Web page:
– Tom Rogers, cofounder and chief product and technology officer at Farewill
2. Ask the right questions in the interview
This might be an obvious one, but you shouldn’t underestimate the importance of asking the right questions during the interview process.
What you want to do is think about the job role and the person you're looking for and ask questions that lets you get to know the person. You need to assess whether they will fit in your team or not and whether the person has the skills to grow with the company. Certain job skills can be taught but there will be skills or characteristics that you can't teach and this is what you want to discover when interviewing the candidate.
So, rather than having the candidate talk through their experience or their portfolio, use behavioural interview questions, exercises and pre-interview assignments to reveal their depth of a candidate and demonstrate they have the skills that can’t be taught.
For further reading and advice on finding the right fit between candidates and your company culture check out how TravelPerk avoids hiring cultural misfits. And if you're running out of ideas of interview questions to ask, check out the best interview questions to ask, brought to you by First Round.
What the expert says:
“We send the candidates a technical case study to work through in advance... we want to hire smart and engaging people so discussing the candidate’s approach to the task, offering a challenge, bouncing ideas around helps us find recruits who are energised by solving problems in a collaborative way.”
– Alex Helmer, cofounder of JungleAI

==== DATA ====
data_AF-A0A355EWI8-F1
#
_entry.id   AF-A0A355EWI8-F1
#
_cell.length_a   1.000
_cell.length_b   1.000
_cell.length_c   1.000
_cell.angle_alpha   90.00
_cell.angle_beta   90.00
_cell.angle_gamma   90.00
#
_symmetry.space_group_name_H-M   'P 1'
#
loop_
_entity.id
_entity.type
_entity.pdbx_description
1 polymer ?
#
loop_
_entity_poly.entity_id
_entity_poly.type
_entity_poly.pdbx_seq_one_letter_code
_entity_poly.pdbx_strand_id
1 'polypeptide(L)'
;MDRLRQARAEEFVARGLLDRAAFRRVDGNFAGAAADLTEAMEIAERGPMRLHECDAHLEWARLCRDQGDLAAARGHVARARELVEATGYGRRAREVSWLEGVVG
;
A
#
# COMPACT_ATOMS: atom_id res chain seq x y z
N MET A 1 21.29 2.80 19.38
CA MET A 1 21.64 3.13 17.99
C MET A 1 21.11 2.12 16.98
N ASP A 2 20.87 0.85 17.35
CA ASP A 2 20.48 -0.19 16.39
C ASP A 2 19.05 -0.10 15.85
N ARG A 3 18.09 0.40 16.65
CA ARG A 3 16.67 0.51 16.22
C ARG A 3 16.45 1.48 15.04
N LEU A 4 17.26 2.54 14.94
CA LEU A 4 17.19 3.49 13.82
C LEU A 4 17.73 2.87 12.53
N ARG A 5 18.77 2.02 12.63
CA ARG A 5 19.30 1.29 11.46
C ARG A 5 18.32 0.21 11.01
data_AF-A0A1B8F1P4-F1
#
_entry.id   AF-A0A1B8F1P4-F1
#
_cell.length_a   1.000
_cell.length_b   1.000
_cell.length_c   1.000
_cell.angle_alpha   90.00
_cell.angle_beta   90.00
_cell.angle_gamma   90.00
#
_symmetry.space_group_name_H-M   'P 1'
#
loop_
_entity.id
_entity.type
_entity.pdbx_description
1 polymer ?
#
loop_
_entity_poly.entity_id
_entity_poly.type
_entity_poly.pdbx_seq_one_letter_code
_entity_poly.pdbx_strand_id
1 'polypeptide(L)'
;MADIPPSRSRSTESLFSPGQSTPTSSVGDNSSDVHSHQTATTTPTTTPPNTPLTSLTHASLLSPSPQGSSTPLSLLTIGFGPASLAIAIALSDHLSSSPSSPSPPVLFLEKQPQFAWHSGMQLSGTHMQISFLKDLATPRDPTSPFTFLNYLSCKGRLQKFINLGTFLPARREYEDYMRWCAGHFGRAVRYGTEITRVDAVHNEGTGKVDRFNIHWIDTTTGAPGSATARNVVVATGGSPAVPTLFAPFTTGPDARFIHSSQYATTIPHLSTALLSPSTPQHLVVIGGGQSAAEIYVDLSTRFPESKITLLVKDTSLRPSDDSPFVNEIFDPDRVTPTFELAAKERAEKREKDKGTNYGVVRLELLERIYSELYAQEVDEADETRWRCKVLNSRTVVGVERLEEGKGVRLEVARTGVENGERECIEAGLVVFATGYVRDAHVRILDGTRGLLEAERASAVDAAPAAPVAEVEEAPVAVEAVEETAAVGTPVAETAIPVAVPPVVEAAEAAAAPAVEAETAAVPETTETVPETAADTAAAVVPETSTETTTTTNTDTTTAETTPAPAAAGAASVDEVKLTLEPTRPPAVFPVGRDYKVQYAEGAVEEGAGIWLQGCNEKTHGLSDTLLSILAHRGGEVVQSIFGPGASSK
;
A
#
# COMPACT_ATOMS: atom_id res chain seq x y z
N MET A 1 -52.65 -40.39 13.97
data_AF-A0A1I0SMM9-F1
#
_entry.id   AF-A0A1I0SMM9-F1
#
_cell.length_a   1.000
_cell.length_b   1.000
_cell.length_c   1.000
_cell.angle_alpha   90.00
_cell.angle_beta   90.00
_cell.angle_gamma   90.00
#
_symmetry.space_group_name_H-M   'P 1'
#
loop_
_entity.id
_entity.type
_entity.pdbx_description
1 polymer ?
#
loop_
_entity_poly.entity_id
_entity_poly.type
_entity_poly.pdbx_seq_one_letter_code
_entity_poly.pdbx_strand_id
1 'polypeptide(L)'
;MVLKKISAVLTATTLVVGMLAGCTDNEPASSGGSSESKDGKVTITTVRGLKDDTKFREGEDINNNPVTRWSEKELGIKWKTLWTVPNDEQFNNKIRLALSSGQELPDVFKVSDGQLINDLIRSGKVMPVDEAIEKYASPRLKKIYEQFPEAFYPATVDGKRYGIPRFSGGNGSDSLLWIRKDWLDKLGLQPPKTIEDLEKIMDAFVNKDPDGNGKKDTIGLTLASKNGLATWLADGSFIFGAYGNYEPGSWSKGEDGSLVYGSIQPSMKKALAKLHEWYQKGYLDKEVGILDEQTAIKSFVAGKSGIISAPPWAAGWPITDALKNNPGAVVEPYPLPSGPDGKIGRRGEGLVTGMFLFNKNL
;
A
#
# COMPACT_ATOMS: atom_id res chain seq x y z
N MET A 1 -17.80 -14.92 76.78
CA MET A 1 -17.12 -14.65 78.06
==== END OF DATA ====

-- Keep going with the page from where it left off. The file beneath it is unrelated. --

3. Look for future potential rather than past experience
When it comes to the interview process what you're looking for in a candidate is future potential.
It's easy to dwell on past experiences when looking through someone's CV or during an interview, but don't forget that the past is the past and doesn't necessarily say anything about a candidate's future potential, fit with your company or the job role advertised.
With a small team and – you’d hope – rapid growth on the horizon you want to look for the potential in candidates.
Ask yourself these questions: does this candidate have the potential to grow beyond their experience? Will they be a good fit for your culture? Is the potential there for a future leadership role?
Startups are constantly evolving and you’ll need a team that can evolve with it.
For further reading and advice on how to find the right people, rather than filling job roles, read what Kiana Sharifi, head of talent at European venture capital firm Balderton Capital, thinks about European startups not investing enough in people.
What the expert says:
“Look for candidates who want to be part of your journey, who have an entrepreneurial mindset and understand what it means to build a plane while flying it. Not all leaders out there are ready for such a challenge.”
– Anna Stenberg, founder of executive recruitment agency WES
4. Draw on existing resources to support your hiring
Before you start the hiring process know that no hiring manager is an island. There are numerous apps, plug-ins and tools out there that are built to make the hiring process easier for you to manage. There are hiring tools that can spot candidates with specific attributes, check for biases and help you manage your communications.